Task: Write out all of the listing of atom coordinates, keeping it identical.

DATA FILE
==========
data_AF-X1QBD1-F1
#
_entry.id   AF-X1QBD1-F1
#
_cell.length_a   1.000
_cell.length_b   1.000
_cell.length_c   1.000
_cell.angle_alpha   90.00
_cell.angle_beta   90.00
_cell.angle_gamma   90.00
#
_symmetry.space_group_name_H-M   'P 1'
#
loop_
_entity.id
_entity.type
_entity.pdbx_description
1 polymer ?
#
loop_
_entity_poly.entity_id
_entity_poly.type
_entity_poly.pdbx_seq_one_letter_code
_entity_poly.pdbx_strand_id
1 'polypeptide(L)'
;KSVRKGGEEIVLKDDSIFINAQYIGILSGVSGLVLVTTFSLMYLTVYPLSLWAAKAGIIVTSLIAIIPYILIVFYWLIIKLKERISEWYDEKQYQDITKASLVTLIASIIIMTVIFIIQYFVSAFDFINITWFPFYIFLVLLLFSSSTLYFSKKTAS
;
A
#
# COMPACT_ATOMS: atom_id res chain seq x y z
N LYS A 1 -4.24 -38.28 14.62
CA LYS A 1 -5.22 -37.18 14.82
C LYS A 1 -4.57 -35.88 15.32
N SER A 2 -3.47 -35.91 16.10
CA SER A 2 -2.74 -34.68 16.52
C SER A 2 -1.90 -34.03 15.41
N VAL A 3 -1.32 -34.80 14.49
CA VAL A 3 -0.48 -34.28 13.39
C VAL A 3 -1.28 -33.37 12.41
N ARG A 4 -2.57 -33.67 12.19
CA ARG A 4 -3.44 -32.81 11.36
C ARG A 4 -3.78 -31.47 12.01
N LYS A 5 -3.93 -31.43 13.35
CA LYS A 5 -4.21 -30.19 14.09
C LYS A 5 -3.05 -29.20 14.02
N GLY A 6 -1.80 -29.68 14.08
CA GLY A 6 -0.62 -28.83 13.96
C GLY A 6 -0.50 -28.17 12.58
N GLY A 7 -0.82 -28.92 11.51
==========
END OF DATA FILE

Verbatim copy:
data_AF-X1QBD1-F1
#
_entry.id   AF-X1QBD1-F1
#
_cell.length_a   1.000
_cell.length_b   1.000
_cell.length_c   1.000
_cell.angle_alpha   90.00
_cell.angle_beta   90.00
_cell.angle_gamma   90.00
#
_symmetry.space_group_name_H-M   'P 1'
#
loop_
_entity.id
_entity.type
_entity.pdbx_description
1 polymer ?
#
loop_
_entity_poly.entity_id
_entity_poly.type
_entity_poly.pdbx_seq_one_letter_code
_entity_poly.pdbx_strand_id
1 'polypeptide(L)'
;KSVRKGGEEIVLKDDSIFINAQYIGILSGVSGLVLVTTFSLMYLTVYPLSLWAAKAGIIVTSLIAIIPYILIVFYWLIIKLKERISEWYDEKQYQDITKASLVTLIASIIIMTVIFIIQYFVSAFDFINITWFPFYIFLVLLLFSSSTLYFSKKTAS
;
A
#
# COMPACT_ATOMS: atom_id res chain seq x y z
N LYS A 1 -4.24 -38.28 14.62
CA LYS A 1 -5.22 -37.18 14.82
C LYS A 1 -4.57 -35.88 15.32
N SER A 2 -3.47 -35.91 16.10
CA SER A 2 -2.74 -34.68 16.52
C SER A 2 -1.90 -34.03 15.41
N VAL A 3 -1.32 -34.80 14.49
CA VAL A 3 -0.48 -34.28 13.39
C VAL A 3 -1.28 -33.37 12.41
N ARG A 4 -2.57 -33.67 12.19
CA ARG A 4 -3.44 -32.81 11.36
C ARG A 4 -3.78 -31.47 12.01
N LYS A 5 -3.93 -31.43 13.35
CA LYS A 5 -4.21 -30.19 14.09
C LYS A 5 -3.05 -29.20 14.02
N GLY A 6 -1.80 -29.68 14.08
CA GLY A 6 -0.62 -28.83 13.96
C GLY A 6 -0.50 -28.17 12.58
N GLY A 7 -0.82 -28.92 11.51